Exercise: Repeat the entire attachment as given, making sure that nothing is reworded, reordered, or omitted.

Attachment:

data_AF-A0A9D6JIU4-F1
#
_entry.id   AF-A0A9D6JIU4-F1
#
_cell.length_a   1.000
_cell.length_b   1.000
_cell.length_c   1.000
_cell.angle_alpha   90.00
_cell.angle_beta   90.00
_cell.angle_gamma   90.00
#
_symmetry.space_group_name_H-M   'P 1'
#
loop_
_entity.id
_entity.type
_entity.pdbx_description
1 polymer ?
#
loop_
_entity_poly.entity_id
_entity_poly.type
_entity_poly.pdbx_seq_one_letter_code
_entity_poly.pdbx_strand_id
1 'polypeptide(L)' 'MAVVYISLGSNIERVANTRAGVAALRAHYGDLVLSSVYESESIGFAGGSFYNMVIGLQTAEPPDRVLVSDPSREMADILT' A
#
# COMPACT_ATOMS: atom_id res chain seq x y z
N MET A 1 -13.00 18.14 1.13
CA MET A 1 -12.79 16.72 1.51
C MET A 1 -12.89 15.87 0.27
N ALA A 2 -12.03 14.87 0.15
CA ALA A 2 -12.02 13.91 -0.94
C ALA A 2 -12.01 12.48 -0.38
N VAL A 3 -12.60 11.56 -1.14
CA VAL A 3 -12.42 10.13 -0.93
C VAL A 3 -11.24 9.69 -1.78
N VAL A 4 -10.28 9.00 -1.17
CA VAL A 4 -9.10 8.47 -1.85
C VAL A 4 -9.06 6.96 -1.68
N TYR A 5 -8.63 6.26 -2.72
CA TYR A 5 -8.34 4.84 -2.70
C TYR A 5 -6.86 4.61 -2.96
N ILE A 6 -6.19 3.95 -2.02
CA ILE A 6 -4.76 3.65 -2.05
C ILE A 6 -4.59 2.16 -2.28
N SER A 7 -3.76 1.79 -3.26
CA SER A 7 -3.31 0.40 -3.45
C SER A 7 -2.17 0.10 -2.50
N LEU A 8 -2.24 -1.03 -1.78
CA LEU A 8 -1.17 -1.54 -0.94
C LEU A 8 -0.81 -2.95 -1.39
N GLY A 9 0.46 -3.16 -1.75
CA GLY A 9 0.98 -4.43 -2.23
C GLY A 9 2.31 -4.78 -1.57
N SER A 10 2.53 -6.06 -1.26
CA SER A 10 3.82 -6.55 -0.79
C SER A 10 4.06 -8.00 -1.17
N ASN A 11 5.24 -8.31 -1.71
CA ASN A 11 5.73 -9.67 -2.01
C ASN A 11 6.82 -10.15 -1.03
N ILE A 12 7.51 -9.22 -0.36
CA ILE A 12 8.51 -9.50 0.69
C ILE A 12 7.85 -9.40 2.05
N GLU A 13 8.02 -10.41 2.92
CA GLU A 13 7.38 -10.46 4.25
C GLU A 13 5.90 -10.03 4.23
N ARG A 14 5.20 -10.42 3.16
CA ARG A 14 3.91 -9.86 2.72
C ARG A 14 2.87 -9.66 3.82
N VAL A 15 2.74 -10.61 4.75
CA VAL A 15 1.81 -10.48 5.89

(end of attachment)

data_AF-A0A9D6JIU4-F1
#
_entry.id   AF-A0A9D6JIU4-F1
#
_cell.length_a   1.000
_cell.length_b   1.000
_cell.length_c   1.000
_cell.angle_alpha   90.00
_cell.angle_beta   90.00
_cell.angle_gamma   90.00
#
_symmetry.space_group_name_H-M   'P 1'
#
loop_
_entity.id
_entity.type
_entity.pdbx_description
1 polymer ?
#
loop_
_entity_poly.entity_id
_entity_poly.type
_entity_poly.pdbx_seq_one_letter_code
_entity_poly.pdbx_strand_id
1 'polypeptide(L)' 'MAVVYISLGSNIERVANTRAGVAALRAHYGDLVLSSVYESESIGFAGGSFYNMVIGLQTAEPPDRVLVSDPSREMADILT' A
#
# COMPACT_ATOMS: atom_id res chain seq x y z
N MET A 1 -13.00 18.14 1.13
CA MET A 1 -12.79 16.72 1.51
C MET A 1 -12.89 15.87 0.27
N ALA A 2 -12.03 14.87 0.15
CA ALA A 2 -12.02 13.91 -0.94
C ALA A 2 -12.01 12.48 -0.38
N VAL A 3 -12.60 11.56 -1.14
CA VAL A 3 -12.42 10.13 -0.93
C VAL A 3 -11.24 9.69 -1.78
N VAL A 4 -10.28 9.00 -1.17
CA VAL A 4 -9.10 8.47 -1.85
C VAL A 4 -9.06 6.96 -1.68
N TYR A 5 -8.63 6.26 -2.72
CA TYR A 5 -8.34 4.84 -2.70
C TYR A 5 -6.86 4.61 -2.96
N ILE A 6 -6.19 3.95 -2.02
CA ILE A 6 -4.76 3.65 -2.05
C ILE A 6 -4.59 2.16 -2.28
N SER A 7 -3.76 1.79 -3.26
CA SER A 7 -3.31 0.40 -3.45
C SER A 7 -2.17 0.10 -2.50
N LEU A 8 -2.24 -1.03 -1.78
CA LEU A 8 -1.17 -1.54 -0.94
C LEU A 8 -0.81 -2.95 -1.39
N GLY A 9 0.46 -3.16 -1.75
CA GLY A 9 0.98 -4.43 -2.23
C GLY A 9 2.31 -4.78 -1.57
N SER A 10 2.53 -6.06 -1.26
CA SER A 10 3.82 -6.55 -0.79
C SER A 10 4.06 -8.00 -1.17
N ASN A 11 5.24 -8.31 -1.71
CA ASN A 11 5.73 -9.67 -2.01
C ASN A 11 6.82 -10.15 -1.03
N ILE A 12 7.51 -9.22 -0.36
CA ILE A 12 8.51 -9.50 0.69
C ILE A 12 7.85 -9.40 2.05
N GLU A 13 8.02 -10.41 2.92
CA GLU A 13 7.38 -10.46 4.25
C GLU A 13 5.90 -10.03 4.23
N ARG A 14 5.20 -10.42 3.16
CA ARG A 14 3.91 -9.86 2.72
C ARG A 14 2.87 -9.66 3.82
N VAL A 15 2.74 -10.61 4.75
CA VAL A 15 1.81 -10.48 5.89